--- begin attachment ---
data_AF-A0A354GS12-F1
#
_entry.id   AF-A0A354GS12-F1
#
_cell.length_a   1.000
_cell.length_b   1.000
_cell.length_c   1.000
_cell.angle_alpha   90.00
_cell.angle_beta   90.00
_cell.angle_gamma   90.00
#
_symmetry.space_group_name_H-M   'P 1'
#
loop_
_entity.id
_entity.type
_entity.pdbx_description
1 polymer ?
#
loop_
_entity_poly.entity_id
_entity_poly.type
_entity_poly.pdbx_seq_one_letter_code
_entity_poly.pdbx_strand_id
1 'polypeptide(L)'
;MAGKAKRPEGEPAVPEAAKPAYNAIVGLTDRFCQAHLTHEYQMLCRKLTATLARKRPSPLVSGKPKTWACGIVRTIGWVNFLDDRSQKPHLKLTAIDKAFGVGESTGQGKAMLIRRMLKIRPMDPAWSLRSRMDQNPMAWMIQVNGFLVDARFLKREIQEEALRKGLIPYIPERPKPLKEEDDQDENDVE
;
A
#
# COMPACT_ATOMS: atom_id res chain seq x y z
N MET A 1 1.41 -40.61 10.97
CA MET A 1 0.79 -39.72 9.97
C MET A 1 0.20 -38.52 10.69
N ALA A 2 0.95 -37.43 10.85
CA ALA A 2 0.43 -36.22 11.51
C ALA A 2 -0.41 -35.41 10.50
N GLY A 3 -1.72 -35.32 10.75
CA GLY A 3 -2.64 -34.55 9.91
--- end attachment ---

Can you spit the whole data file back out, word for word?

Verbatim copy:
data_AF-A0A354GS12-F1
#
_entry.id   AF-A0A354GS12-F1
#
_cell.length_a   1.000
_cell.length_b   1.000
_cell.length_c   1.000
_cell.angle_alpha   90.00
_cell.angle_beta   90.00
_cell.angle_gamma   90.00
#
_symmetry.space_group_name_H-M   'P 1'
#
loop_
_entity.id
_entity.type
_entity.pdbx_description
1 polymer ?
#
loop_
_entity_poly.entity_id
_entity_poly.type
_entity_poly.pdbx_seq_one_letter_code
_entity_poly.pdbx_strand_id
1 'polypeptide(L)'
;MAGKAKRPEGEPAVPEAAKPAYNAIVGLTDRFCQAHLTHEYQMLCRKLTATLARKRPSPLVSGKPKTWACGIVRTIGWVNFLDDRSQKPHLKLTAIDKAFGVGESTGQGKAMLIRRMLKIRPMDPAWSLRSRMDQNPMAWMIQVNGFLVDARFLKREIQEEALRKGLIPYIPERPKPLKEEDDQDENDVE
;
A
#
# COMPACT_ATOMS: atom_id res chain seq x y z
N MET A 1 1.41 -40.61 10.97
CA MET A 1 0.79 -39.72 9.97
C MET A 1 0.20 -38.52 10.69
N ALA A 2 0.95 -37.43 10.85
CA ALA A 2 0.43 -36.22 11.51
C ALA A 2 -0.41 -35.41 10.50
N GLY A 3 -1.72 -35.32 10.75
CA GLY A 3 -2.64 -34.55 9.91